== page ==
At 1200 hrs the GI 56 Division said that any enemy activity in the area of Point 819 was to be reported to him direct. Two G IIIs were lent by division. One was put in charge of the troop carriers who were to meet the battalions at the Bailey bridge at Conca. The other was to bring 3 x 3-ton lorries, one from each battalion, to the chapel south of Mielli, which he was shown by the Brigade IO. The Brigade IO, with a telephone and White Scout Car fitted with wireless, was stationed at this chapel to report as each unit passed and to give the codeword “Newmarket” when the final covering party went by him.
Night fell. IT was a dark, misty evening with a slow drizzle of rain. At 1650 hrs No. 2 Company of the Coldstream, on the left of the battalion, reported slight enemy movement, obscured by mist.
At 1655 the Commanding Officer of the Coldstream reported a white flag moving on the saddle between the Monastery and Point 819. The Scots Guards had sent out a patrol and there was now some shooting. (This patrol was in fact one from the Ox and Bucks who had some hand-to-hand fighting with a German patrol).
A patrol of Germans was reported to be approaching on No. 2 Company of the Coldstream’s front, taking advantage of the mist. No shots had as yet been fired. Meanwhile, at the bottom of the hill, the Brigade IO was anxiously waiting the arrival of the G3 and the 3 x 3-ton lorries. At 1915 hrs the leading company of the Grenadiers from Mieli began to pass. As there was no 3-tonner to receive blankets, mine detectors and so forth, they had to be stacked in the chapel and by the road. At 2030 hrs, just as the last covering party of No. 2 Company of the Coldstream Guards were about to abandon their position on top of Barearse, a strong German fighting patrol appeared out of the mist and tried to rush them. They fired several Bren gun magazines into the enemy and put them to flight, inflicting six casualties.
At 2000 hrs the Ox and Bucks, the first troops from the top of the mountain, began to pass the Brigade IO. At 2005 hrs the Coldstream began to come by and at 2020 hrs the leading Scots Guardsmen. By 2050 the Scots Guards had all passed and still there was no sign of the G III and his trucks. The pile beside the road was now reaching considerable dimensions and there seemed a grave danger of much stores and equipment falling into the enemy’s hands. At 2110 a 2 Scots Guards 3-tonner appeared, sent in addition to the one that had reported to the G III. There was very little labour available – 3 linesmen, the Whites driver and a few Coldstreamers. However, everyone worked furiously at loading and at 2125 hrs the other three trucks arrived. There was not enough room for them to turn round by the chapel so they had to be parked 200 yards away at a road junction. This involved double loading, jeeping the stores from the chapel to the road junction and there off-loading on to the 3-tonners. The last man past the check point, Major Hugh Cholmeley, commanding the Grenadiers, came by at 2230 hrs, and just before all the stores were safely aboard and the trucks set off. “Newmarket” the final codeword was given and the first battle of Monte Camino was concluded.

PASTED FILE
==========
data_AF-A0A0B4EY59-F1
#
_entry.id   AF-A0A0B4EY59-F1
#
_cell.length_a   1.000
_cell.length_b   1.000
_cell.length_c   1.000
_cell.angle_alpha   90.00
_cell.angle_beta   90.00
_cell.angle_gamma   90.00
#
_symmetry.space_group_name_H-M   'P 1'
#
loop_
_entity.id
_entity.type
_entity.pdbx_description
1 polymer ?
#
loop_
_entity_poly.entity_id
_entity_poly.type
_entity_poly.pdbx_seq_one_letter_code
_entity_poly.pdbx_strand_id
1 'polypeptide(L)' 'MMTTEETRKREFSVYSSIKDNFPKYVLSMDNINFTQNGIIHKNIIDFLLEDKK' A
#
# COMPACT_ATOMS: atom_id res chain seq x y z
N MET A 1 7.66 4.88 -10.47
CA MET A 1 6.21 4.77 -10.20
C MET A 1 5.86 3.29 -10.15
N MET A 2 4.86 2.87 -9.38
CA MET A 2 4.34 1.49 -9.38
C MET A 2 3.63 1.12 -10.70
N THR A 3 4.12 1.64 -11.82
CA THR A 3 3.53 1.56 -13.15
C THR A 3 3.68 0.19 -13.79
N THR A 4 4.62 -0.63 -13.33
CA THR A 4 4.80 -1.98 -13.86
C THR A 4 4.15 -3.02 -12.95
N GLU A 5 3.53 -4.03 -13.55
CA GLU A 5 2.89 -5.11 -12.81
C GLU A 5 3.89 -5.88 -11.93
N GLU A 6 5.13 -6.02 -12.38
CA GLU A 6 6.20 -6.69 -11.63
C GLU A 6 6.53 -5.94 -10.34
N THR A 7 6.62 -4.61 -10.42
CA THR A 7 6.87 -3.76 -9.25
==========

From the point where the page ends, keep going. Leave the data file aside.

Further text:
15th November 1943 - 972019
The battalions were temporarily established with the Grenadiers at 017007, the Coldstream at 029014 and the Scots Guards at 023008. These were most unattractive quarters for troops who had fought a severe action – mere expanses of mud beside the road. Brigade HQ was established at Terra Corpo (0201) in the priest’s house. The Coldstream and Scots Guards found billets for themselves in Torella and Vallecupa during the day.
16th November 1943
The Grenadiers went to Caserta to excellent billets in the Scuola Allevi Casagrova (260750).
The enemy mortared the old Coldstream and Scots Guards positions, evidently still having no idea that we had withdrawn.
The GOC 56 Division lunched at Brigade HQ.
17th November 1943 - Terra Corpo
The GOC 56 Division addressed all officers and WOs of the Brigade at Brigade HQ.
18th - 19th November 1943 - Terra Corpo
The Brigade IO found billets for the Coldstream at Pugliano and Doddi S. Marco (0291 and 0191). The Brigade Major told the 2 Scots Guards to find billets at Sparanise (0887). This was impossible however in this much bombed village and they therefor found billets in Zuni (1090).
20th November 1943 - 077868
The Brigade Major found a billet for the Brigade HQ at 077868. As it had no windows or fireplaces and the weather was very cold it was not a popular one. Brigade HQ moved there and the Coldstream Guards and 2 Scots Guards to locations mentioned above.
21st November 1943 - 077868
The Grenadiers marched past the Army Commander, General Mark Clark, in front of Caserta Palace to the band of the Irish Guards. The Brigade IO found billets for the Grenadiers in Petrulo (1190).
22nd November 1943 - 077868
The Grenadiers moved to Petrulo.
23rd - 26th November 1943 - 077868
Individual training and minor tactics in hill warfare.
27th November 1943 - 077868
Brigadier Colvin arrived and took command of the Brigade.
28 November 1943 - 077868
Brigade and Commanding Officer 6 Grenadier Guards went to Sipicciano to recce Point 683 and Acqua Pendola (940077 and 9207).
29th November 1943 - 077868
Brigade Commander and Brigade IO went up to the Brigades old HQ and OP at 972019 to see Point 683 and Acqua Pendola. Royal Artillery 56 Division Operational Order 11 refers.
30th November 1943 - 077868
A preliminary conference was held on the forthcoming attack on Monte Camino at Brigade HQ.
31rd November 1943
The Brigade Commander gave orders for the Brigade’s attack on Point 683 and Acqua Pendola (see Operation Order No. 18 1 Dec). Vehicle state attached.